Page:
THE SEA SERPENT
THE SEA SERPENT
On the dark bottom of the great salt lake
Imprisoned lay the giant snake,
With naught his sullen sleep to break.
Poets of the North, 'Oelenschlaeger.' Translated by Longfellow.
Possibly the best known of all mythical sea monsters, The Sea Serpent, has been around for as long as man has ventured into the oceans of the world. Indeed Cryptozoologist Bruce Champagne has documented over 1,200 purported sightings of the beast. However there remains no physical evidence of the creatures existence, with the majority of the sightings being explained away as mistaken identity, tricks of the light, whales or other sea creatures glimpsed in poor or unusual light.
Despite the widespread scepticism the Sea Serpent remains at large and nobody has yet managed to disprove it completely unlike the Kraken, which is now thought to have been the giant squid. What gives the legend of the Sea Serpent so much weight is the fact that many of the reports are from level headed, highly respected professional seamen. Norwegian Navy captain Lawrance de Ferry, a commander in Bergen in Pontoppidan's time, claims to have actually wounded one and made two of his men, who were with him in the boat at the time, testify upon oath in court to the truth of the following statement:
'The latter end of August, in the year 1746, as I was on a voyage, in my return from Trundheim, in a very calm and hot day, having a mind to put in at Molde, it happened that when we were arrived with my vessel within six English miles of the aforesaid Molde, being at a place called Jule-Næfs, as I was reading in a book, I heard a kind of murmuring voice from amongst the men at the oars, who were eight in number, and observed that the man at the helm kept off from the land. Upon this I inquired what was the matter; and was informed that there was a sea-snake before us. I then ordered the man at the helm to keep to the land again, and to come up with this creature, of which I had heard so many stories. Though the fellows were under some apprehensions, they were obliged to obey my orders. In the meantime this sea-snake passed by us, and we were obliged to tack the vessel about, in order to get nearer to it. As the snake swam faster than we could row, I took my gun, that was ready charged, and fired at it; on this he immediately plunged under the water. We rowed to the place where it sank down (which in the calm might be easily observed) and lay upon our oars, thinking it would come up again to the surface; however, it did not. When the snake plunged down, the water appeared thick and red; perhaps some of the shot might wound it, the distance being very little. The head of this snake, which it held more than two feet above the surface of the water, resembled that of a horse. It was of a greyish colour, and the mouth was quite black and very large. It had black eyes and a long white mane, * that hung down from the neck to the surface of the water. Besides the head and neck, we saw seven or eight folds or coils of this snake, which were very thick, and, as far as we could guess, there was about a fathom distance between each fold” Bergen, 1751.'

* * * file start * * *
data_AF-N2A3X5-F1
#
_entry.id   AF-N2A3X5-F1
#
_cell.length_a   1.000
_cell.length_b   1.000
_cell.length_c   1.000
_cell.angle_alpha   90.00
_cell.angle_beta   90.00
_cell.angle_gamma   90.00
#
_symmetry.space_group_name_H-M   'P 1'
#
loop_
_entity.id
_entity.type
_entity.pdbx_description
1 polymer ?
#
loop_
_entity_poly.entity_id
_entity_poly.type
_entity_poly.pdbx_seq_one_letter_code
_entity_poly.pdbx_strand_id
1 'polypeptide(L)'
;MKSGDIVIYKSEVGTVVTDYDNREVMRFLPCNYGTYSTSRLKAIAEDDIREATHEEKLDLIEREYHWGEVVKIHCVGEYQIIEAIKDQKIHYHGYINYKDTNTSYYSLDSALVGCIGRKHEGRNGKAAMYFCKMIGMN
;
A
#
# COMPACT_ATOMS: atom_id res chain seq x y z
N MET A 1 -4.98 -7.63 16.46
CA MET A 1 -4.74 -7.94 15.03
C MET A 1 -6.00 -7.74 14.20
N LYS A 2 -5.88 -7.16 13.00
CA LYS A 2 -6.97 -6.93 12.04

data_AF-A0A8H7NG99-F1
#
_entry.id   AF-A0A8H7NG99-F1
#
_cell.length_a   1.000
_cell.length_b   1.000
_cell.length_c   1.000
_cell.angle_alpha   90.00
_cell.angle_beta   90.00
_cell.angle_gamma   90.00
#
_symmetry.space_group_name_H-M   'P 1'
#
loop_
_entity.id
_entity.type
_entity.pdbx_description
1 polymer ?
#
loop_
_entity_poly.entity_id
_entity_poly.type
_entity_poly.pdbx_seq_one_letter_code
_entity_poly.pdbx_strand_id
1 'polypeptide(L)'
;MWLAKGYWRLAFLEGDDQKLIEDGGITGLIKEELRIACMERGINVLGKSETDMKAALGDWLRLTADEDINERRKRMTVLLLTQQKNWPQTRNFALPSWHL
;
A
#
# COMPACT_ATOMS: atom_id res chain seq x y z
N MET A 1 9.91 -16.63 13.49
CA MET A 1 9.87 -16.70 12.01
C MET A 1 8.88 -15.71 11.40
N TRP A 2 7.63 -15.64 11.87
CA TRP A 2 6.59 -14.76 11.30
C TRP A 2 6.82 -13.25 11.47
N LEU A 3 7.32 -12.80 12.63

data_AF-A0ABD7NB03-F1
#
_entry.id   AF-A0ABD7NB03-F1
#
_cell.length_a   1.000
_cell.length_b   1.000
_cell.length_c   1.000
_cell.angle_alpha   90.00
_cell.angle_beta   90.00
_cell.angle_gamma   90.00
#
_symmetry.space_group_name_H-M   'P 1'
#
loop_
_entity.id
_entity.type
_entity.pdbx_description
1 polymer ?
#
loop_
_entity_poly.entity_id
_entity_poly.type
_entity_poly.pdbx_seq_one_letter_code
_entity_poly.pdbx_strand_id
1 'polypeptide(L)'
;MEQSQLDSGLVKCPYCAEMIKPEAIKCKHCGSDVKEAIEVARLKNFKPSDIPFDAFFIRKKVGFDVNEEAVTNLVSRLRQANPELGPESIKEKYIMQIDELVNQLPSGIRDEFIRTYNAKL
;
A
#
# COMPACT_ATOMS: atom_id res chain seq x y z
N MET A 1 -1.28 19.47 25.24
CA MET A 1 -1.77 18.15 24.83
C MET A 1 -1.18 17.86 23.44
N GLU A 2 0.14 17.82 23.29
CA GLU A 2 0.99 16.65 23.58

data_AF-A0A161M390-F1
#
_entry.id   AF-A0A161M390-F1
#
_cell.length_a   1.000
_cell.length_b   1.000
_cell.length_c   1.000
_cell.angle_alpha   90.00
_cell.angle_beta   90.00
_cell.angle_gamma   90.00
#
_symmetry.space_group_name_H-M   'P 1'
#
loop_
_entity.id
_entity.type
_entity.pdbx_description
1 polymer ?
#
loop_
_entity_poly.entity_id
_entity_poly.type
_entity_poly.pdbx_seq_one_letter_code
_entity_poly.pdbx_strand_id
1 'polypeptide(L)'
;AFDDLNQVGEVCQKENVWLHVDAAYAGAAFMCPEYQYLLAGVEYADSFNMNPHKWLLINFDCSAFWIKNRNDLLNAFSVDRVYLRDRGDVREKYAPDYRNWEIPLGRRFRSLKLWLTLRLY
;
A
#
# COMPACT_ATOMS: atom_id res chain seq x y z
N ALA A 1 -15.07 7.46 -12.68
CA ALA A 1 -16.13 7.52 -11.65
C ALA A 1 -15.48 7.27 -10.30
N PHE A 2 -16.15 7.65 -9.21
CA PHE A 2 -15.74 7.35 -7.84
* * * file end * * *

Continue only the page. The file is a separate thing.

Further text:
Nor does Scandinavia have an exclusive on the creature. Sightings off the coast of New England are well documented from 1638 right up to 2003. Others include the famous incident when a Sea Serpent was spotted by the men and officers of HMS Daedalus in August 1848 during a voyage to Saint Helena, when the creature was claimed to have raised a peculiar ‘maned’ head above the water. In 1905 two naturalists Michael J Nicoll and E.G.B Meade-Waldo reported seeing a long-necked, turtle headed creature with a large dorsal fin. Twin brothers Bill and Bob Clarke claim to have filmed some of the creatures in San Francisco Bay during the seventies.
But it was Norse folk who first found true fascination with the Sea Serpent and inevitably it has become a mainstay of their mythology and literature. Olaus Magnus, a Swedish ecclesiastic and writer kept records of many marine monsters and in his work History of the Northern Peoples (1555) he wrote:
“Those who sail up along the coast of Norway to trade or to fish, all tell the remarkable story of how a serpent of fearsome size, 200 feet long and 20 feet wide, resides in rifts and caves outside Bergen. On bright summer nights this serpent leaves the caves to eat calves, lambs and pigs, or it fares out to the sea and feeds on sea nettles, crabs and similar marine animals. It has ell-long hair hanging from its neck, sharp black scales and flaming red eyes. It attacks vessels, grabs and swallows people, as it lifts itself up like a column from the water.”
Another highly respected documenter of Sea serpent sightings was the patron saint of Greenland, Hans Egede who wrote that on 6 July 1734 whilst his ship sailed past the coast of Greenland the crewmembers on board suddenly 'saw a most terrible creature, resembling nothing they saw before. The monster lifted its head so high that it seemed to be higher than the crow’s nest on the mainmast. The head was small and the body short and wrinkled. The unknown creature was using giant fins, which propelled it through the water. Later the sailors saw its tail as well. The monster was longer than our whole ship'.
Truth or myth the Sea Serpent isn’t going away anytime soon. Sightings continue and will continue to occur. And to be honest the world would be that little bit poorer if they didn’t.